Important Notice


Breast milk is the preferred way to feed a baby and is important for baby's health. Introducing partial bottle feeding could negatively affect breast feeding. Professional advice should be sought before using an infant formula. Good maternal nutrition is important for breastfeeding and reversing a decision not to breast-feed can be difficult.

Proper use of an infant formula product is important to the health of the infant. Infant formulas should be used as directed.

The World Health Organisation (WHO) adopted the International Code of Marketing Breast-milk Substitutes in 1981.

The aim of the Code is to contribute to the provision of safe and adequate nutrition for infants, by the protection and promotion of breast-feeding, and by ensuring the proper use of breast-milk substitutes, when these are necessary, on the basis of adequate information and through appropriate marketing and distribution.

As a responsible manufacturer of infant formula, DGC (Dairy Goat Co-operative (N.Z.) Ltd) support the Code and unequivocally supports breastfeeding as the best source of nutrition for babies and infants.

All information on following pages about infant formulas is provided for educational and informational purposes only.

 

DGC are the originators of commercialised infant formula from goats’ milk. Since that breakthrough in 1988 we have continued to lead clinical advances in this field. We are now in more markets than any other goat milk infant formula.

The science of goat milk

Milk is made up of protein, fat, carbohydrate, water, minerals and vitamins.

Made without Palm Oil

DGC has adopted an alternative approach, using whole milk to retain milk fat.

Infant formula

At DGC our process begins with whole goat milk to retain the milk fat before adding lactose, essential fatty acids, vitamins and minerals.

Infant growth and development

DGC has conducted two double blinded randomised control trials of goat formula1 and one prospective co-hort study2 in new born infants.

Product Benefits

Digestibility

It is well known that goat milk produces a very loose curd structure with a high proportion of water and is easily broken apart.

Intestinal health

Studies show that goat milk reduces intestinal permeability1 and intestinal inflammation.

Bone strength

Goat milk is naturally rich in calcium and other minerals.

Lactose Intolerance

Goat milk contains oligosaccharides similar in structure to human milk oligosaccharides.

Reduced allergenic burden

There is a common belief that goat milk is a sound alternative for infants or children with cow milk protein allergy.

Find out more

Blending

Our state of the art blending plant enables us to add the additional nutrients required to meet regulatory and specific product requirements where necessary.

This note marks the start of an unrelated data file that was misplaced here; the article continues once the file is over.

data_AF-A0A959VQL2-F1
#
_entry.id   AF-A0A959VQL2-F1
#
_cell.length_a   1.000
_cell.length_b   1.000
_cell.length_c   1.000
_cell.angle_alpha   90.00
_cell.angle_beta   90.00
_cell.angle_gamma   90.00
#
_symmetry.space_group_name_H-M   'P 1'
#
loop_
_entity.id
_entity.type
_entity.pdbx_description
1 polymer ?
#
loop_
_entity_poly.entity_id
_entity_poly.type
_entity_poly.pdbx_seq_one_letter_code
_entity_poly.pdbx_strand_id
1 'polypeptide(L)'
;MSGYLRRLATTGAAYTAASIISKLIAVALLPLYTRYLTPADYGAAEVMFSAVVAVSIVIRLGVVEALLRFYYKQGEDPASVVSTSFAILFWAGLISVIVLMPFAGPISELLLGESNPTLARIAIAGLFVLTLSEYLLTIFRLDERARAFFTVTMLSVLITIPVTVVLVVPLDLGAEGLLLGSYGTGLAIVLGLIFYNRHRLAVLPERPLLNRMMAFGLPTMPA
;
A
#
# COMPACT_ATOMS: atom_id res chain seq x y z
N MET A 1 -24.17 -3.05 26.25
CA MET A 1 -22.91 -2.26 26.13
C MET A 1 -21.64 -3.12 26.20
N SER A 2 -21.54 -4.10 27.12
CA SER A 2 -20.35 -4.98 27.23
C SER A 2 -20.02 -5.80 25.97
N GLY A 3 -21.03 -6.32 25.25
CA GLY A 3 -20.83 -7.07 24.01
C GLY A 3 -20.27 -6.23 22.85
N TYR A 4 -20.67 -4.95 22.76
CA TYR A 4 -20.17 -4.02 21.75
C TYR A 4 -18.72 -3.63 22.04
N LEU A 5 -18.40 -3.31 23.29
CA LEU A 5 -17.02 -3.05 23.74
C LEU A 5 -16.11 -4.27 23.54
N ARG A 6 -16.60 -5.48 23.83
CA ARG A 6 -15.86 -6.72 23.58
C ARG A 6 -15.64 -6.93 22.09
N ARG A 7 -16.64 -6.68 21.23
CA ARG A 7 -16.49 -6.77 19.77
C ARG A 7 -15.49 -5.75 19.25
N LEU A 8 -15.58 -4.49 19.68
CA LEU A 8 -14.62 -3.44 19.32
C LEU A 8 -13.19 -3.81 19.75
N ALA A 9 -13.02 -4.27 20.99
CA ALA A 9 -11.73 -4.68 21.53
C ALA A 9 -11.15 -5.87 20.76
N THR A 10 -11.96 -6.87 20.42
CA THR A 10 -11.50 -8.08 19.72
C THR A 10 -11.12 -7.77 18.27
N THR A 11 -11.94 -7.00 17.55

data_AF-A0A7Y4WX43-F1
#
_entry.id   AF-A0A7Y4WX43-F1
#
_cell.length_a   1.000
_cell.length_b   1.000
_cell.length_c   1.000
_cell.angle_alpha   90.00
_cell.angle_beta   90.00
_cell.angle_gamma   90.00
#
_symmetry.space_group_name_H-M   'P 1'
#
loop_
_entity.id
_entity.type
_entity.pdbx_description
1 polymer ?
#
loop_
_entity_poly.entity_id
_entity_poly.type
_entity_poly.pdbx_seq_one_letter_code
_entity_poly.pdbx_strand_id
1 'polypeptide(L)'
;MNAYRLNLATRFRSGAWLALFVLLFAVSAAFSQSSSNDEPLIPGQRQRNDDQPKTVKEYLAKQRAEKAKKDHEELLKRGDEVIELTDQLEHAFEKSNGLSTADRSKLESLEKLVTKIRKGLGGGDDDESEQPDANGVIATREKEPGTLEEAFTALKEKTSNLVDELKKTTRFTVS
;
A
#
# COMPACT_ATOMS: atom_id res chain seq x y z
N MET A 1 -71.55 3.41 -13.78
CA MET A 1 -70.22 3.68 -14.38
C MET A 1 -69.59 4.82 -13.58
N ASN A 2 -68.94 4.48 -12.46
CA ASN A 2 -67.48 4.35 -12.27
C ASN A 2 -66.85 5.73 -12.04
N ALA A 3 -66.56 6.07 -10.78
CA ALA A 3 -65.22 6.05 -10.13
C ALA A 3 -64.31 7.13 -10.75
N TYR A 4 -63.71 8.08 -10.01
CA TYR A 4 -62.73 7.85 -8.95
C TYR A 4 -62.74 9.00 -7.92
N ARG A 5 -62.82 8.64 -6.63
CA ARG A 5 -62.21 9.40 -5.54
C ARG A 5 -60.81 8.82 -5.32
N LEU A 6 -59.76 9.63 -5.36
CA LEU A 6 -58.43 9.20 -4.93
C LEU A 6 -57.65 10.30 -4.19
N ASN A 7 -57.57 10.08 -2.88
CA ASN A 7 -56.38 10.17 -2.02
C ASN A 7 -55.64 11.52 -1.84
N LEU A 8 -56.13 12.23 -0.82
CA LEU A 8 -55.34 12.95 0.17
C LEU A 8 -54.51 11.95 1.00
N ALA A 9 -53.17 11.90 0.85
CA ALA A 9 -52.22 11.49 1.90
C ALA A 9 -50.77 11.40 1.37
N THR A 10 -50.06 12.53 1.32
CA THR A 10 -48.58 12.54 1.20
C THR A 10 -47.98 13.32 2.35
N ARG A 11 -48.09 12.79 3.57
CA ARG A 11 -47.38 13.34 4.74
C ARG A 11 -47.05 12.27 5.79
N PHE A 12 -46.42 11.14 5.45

Spray Drying

DGC’s spray drying plant has been designed specifically to process goat infant formula.

Spray drying is the process of removing water from the milk, producing the beginning of the fine powder that is eventually found in the finished product.

Our spray dryers are kept meticulously clean and the most recent, second spray dryer was built in 2015.

Purpose built manufacturing

The DGC plant is purpose-built solely to be a world class facility for manufacturing goat milk formula. Combined with our cooperative farm model, we are able to control the entire process from milking to distribution. So milk that comes into the plant leaves as a completed product.

The result is a safer, cleaner manufacturing process with no third parties in the production process.

Allergy

There is a common belief that goat milk is a sound alternative for infants or children with cow milk protein allergy. This has resulted in the promotion of goat milk and goat milk products for relief of allergy. However, scientific studies show that goat milk is not always an effective substitute for cow milk in children who are already sensitised to cow milk protein and have a rapid onset, IgE-mediated reaction to cow milk proteins. Only extensively hydrolysed formulas should be used for the dietary management of infants with diagnosed cow milk protein allergy.1

There are several lines of evidence that the strength and type of the immune response to goat and cow milk might still differ. For example, children allergic to cow milk required nearly five times more goat milk to trigger an adverse reaction.2 In another study, 25% of children allergic to cow milk did not react to goat milk at all.3 Children with allergy to cow milk proteins had a lower response to goat milk containing low amounts of αs1-casein.4 Similarly, studies with animals have also shown that lower levels of αs1-casein in goat milk resulted in fewer allergic reactions.5

Further research will help to understand how people might respond differently to goat or cow milk. Until such studies have been completed, it is important that goat milk infant formula is not promoted as a remedy for infants with severe reactions to cow milk.

1 AAP 2000; Koletzko et al, 2012
2 Bellioni-Businco et al 1999
3 Infante et al 2003
4 Ballabio et al, 2011; Albenzio et al 2012; Lisson et al 2014
5 Bevilacqua et al 2001; Hodgkinson et al 2012